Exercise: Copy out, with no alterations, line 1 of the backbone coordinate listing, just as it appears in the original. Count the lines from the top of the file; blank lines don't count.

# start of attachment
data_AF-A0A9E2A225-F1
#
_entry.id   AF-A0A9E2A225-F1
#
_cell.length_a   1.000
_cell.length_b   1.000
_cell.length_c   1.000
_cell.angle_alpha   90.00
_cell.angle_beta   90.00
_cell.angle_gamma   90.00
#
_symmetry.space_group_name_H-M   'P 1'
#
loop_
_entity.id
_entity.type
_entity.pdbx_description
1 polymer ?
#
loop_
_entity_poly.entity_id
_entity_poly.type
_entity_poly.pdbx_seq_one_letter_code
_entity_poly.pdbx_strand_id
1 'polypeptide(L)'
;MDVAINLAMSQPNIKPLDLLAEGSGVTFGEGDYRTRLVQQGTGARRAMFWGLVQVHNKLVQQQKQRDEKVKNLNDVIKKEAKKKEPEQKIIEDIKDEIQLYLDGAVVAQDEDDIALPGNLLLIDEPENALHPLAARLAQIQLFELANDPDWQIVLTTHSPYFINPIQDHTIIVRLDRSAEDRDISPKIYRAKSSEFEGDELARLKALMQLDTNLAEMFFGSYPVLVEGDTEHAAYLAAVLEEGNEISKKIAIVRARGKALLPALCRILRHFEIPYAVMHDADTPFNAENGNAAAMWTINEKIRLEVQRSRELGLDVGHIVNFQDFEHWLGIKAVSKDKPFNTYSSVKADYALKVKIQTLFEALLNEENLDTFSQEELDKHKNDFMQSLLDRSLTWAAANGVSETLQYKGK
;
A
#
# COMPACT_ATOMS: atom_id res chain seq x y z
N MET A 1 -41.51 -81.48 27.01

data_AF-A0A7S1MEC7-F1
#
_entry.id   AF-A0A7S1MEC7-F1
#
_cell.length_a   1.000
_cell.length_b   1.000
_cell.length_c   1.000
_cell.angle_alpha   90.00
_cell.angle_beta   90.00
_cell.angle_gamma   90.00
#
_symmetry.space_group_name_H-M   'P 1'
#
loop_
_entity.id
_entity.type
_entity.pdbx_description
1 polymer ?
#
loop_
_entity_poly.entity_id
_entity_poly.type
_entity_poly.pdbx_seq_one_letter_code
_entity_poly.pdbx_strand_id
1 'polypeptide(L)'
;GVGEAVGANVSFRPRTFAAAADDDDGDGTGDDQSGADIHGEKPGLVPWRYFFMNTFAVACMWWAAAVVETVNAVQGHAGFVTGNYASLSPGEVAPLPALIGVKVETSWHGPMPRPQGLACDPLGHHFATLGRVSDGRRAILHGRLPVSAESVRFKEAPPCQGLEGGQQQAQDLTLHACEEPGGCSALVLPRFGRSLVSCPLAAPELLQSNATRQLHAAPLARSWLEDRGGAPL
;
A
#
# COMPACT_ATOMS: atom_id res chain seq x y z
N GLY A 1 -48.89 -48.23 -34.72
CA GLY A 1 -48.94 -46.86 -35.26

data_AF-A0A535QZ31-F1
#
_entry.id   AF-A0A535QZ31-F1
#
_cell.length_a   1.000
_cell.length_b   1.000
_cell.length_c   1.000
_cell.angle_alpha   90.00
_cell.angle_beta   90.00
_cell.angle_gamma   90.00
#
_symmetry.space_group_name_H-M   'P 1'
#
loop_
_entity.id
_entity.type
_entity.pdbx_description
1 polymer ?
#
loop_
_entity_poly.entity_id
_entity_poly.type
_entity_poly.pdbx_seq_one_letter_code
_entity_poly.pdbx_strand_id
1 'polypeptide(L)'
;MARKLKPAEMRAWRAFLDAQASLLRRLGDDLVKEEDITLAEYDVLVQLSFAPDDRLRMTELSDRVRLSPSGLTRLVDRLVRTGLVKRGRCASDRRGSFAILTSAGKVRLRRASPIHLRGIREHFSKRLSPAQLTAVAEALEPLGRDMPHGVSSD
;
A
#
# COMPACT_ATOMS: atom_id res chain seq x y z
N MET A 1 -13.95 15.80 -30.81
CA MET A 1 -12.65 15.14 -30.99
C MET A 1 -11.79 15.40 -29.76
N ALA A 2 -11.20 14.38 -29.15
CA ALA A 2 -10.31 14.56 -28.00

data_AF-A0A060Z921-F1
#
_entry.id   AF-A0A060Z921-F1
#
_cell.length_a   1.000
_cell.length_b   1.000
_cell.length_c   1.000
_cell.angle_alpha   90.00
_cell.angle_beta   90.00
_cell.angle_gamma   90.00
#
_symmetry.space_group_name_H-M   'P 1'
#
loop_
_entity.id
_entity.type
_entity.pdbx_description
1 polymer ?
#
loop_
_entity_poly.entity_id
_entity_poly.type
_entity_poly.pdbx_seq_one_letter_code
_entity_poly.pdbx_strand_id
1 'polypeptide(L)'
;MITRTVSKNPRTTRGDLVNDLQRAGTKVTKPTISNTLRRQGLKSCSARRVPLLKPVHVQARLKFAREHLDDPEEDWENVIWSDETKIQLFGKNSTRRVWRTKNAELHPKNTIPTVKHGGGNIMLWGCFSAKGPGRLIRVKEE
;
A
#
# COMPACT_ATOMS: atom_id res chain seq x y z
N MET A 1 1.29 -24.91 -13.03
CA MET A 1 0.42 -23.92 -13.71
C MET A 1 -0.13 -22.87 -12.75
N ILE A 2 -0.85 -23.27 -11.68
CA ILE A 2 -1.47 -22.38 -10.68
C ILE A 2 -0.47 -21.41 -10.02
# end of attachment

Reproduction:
data_AF-A0A9E2A225-F1